1. Philosophy of Language and Critique of Knowledge in the early Works and Fragments of Walter Benjamin / 2. Messianism and Political Theology in Walter Benjamin / 3. The "Constellation" of Capitalism. Walter Benjamin and Max Weber / 4. Messianism and Music in Walter Benjamin / Bibliography / Index
Tamara Tagliacozzo is Associate Professor of Moral Philosophy at the Universit degli Studi Roma Tre, Italy.
Experience and Infinite Task is an engaging study of some of the most complex aspects of Benjamin's thought. Taking off from his critique of Kant and neo-Kantianism, Tagliacozzo offers new perspectives on the linguistic and epistemological dynamics that inform his theory of messianic history.--Jan Mieszkowski, Professor of German and Comparative Literature at Reed College
Experience and Infinite Task accomplishes the difficult task of giving readers of Benjamin an experience of the remarkable breadth of his philosophical itinerary. With comprehensive knowledge of the relevant texts and the course of scholarly debates in German, Italian, and English, Professor Tagliacozzo provides a unified, coherent, yet context-sensitive account of Benjamin's revision of Kantian critique, neo-Kantianism, and phenomenology that will be of lasting value to both students of his work and those interested in early twentieth-century German thought in general.--Peter Fenves, Professor of German, Northwestern University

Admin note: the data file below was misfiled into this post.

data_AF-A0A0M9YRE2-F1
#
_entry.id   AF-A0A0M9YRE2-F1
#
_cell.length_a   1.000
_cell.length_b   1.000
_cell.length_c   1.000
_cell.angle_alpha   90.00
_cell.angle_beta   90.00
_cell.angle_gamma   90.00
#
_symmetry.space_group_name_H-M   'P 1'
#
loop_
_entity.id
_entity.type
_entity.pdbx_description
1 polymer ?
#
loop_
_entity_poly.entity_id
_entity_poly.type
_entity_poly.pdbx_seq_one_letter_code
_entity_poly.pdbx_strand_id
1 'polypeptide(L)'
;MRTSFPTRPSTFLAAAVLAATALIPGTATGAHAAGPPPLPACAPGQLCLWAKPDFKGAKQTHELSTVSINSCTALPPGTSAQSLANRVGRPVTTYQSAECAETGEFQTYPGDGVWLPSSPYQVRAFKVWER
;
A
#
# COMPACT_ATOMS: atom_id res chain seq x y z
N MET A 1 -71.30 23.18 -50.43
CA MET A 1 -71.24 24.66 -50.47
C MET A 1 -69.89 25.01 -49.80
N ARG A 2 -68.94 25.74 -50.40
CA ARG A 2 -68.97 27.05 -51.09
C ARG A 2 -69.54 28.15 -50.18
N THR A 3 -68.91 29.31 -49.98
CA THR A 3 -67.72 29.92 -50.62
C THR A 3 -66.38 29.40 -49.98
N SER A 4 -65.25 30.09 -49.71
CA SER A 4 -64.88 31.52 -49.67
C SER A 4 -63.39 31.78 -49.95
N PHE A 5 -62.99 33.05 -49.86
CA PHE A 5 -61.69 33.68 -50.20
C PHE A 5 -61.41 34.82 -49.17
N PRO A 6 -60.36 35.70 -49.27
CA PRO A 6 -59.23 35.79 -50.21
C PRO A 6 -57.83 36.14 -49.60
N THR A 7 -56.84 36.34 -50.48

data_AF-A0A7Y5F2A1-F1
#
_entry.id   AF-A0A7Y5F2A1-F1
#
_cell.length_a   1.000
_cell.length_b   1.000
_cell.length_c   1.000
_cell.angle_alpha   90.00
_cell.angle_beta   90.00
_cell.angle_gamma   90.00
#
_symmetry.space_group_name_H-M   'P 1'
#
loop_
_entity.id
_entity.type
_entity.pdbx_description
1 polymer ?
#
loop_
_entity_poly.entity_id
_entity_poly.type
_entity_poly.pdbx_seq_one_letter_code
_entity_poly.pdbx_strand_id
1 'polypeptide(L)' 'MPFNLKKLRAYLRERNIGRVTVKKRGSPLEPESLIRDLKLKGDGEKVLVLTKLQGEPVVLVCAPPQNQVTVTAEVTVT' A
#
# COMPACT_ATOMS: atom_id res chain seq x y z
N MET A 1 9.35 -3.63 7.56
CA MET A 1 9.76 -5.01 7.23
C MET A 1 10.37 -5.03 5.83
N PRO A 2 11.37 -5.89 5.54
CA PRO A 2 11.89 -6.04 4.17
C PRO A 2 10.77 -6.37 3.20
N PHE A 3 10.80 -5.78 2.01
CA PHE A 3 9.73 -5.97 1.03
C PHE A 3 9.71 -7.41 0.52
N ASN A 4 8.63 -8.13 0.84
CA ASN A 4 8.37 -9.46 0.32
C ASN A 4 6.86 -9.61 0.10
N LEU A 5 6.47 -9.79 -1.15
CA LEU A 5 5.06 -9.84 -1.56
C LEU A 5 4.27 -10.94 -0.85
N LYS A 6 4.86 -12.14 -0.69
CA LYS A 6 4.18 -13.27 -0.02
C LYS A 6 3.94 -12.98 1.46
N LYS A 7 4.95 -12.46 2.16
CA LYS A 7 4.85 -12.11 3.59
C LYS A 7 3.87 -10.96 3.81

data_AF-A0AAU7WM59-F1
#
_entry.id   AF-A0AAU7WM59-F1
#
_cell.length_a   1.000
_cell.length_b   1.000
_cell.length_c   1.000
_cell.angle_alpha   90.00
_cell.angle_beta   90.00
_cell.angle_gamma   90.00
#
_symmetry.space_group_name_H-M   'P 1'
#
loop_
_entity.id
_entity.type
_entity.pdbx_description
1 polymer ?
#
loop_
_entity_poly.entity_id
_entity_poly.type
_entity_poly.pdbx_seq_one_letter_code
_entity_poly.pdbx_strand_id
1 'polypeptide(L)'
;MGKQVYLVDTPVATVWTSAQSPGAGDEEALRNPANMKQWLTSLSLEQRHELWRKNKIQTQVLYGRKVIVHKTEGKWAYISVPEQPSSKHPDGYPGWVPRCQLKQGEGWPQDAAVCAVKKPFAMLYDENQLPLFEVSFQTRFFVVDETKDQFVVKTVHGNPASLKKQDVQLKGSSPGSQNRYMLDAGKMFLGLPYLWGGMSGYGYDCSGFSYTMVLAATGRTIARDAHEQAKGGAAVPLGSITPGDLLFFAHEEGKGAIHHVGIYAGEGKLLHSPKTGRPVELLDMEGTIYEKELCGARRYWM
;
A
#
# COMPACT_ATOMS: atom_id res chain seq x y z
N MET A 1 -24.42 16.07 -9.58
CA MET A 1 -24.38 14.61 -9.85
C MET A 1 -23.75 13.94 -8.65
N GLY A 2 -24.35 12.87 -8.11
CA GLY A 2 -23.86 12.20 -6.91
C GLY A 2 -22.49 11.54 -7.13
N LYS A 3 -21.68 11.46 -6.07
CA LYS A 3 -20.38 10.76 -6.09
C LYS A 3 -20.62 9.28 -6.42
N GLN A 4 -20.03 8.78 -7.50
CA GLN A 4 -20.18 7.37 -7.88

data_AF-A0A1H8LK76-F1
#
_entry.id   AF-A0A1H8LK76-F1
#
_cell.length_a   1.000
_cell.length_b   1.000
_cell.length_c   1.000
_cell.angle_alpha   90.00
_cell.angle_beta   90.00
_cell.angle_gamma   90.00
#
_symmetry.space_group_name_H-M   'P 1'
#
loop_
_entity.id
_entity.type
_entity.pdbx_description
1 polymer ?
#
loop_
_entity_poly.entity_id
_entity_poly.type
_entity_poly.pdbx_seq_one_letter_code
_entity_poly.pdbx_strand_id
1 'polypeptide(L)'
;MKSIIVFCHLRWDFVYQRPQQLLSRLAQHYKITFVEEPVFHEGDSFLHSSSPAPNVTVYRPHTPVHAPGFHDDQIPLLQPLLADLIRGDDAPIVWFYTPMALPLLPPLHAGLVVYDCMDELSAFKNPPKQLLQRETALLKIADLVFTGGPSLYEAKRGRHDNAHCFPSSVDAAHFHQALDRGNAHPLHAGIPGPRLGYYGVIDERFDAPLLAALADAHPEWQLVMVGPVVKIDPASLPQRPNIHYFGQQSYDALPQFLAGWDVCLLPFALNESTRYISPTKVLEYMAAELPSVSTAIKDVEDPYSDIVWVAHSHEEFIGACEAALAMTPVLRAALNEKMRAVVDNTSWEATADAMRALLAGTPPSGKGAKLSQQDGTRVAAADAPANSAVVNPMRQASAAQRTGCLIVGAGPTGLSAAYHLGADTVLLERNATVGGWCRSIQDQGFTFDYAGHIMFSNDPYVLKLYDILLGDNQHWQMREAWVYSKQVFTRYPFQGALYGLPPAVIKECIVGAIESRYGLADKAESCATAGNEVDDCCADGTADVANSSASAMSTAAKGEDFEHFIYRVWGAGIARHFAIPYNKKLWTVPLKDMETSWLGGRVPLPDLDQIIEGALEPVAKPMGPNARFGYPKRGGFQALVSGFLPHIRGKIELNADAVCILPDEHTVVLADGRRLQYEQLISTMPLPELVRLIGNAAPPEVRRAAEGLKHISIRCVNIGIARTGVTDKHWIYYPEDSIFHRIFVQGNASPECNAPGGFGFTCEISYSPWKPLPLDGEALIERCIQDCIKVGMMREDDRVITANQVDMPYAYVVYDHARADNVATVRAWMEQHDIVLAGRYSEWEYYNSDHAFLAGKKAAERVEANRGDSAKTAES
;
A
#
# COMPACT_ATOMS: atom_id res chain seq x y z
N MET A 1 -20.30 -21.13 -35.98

Relying on new readings, this precise reconstruction of Benjamin's early philosophy unearths a unique and almost forgotten constellation of neo-Kantianism, phenomenology, messianic theology and analytic philosophy.--Sami Khatib, Visiting Assistant Professor in the Department of Fine Arts and Art History at the American University of Beirut
Walter Benjamin confided in his friend and intellectual partner Gershom Scholem that were he ever to have his own philosophy, it would one day be rightfully called a philosophy of Judaism. The attempt to hue a new direction in philosophy also coincided with a mutual interest and exchange of ideas in a different tone: in Neo-Kantianism, but also the concept of revolution, the origins of violence, language and religion as a structural or organizing category. In themselves, these are complex themes. Spoken together with the promise of a philosophical program, the undertaking becomes immense. It is all the more for the scholar who uncovers the systemic features of these ideas in their historical wake. After many years of careful research and archeological restoration of Benjamin's early writings, Tamara Tagliacozzo has brought forth a book of tremendous value. Experience and Infinite Task weaves together these seemingly diverse elements in a comprehensive, rigorous and original manner, revealing an intricate tapestry from the early period of Benjamin's philosophy and the formative role these ideas would play in his work as a whole. This is a rich and valuable guide for any student of Walter Benjamin in his early period.--Eric Levi Jacobson, Professor of Philosophy and Jewish Studies at Middlebury College and Author of "Metaphysics of the Profane: The Political Theology of Walter Benjamin and Gershom Scholem"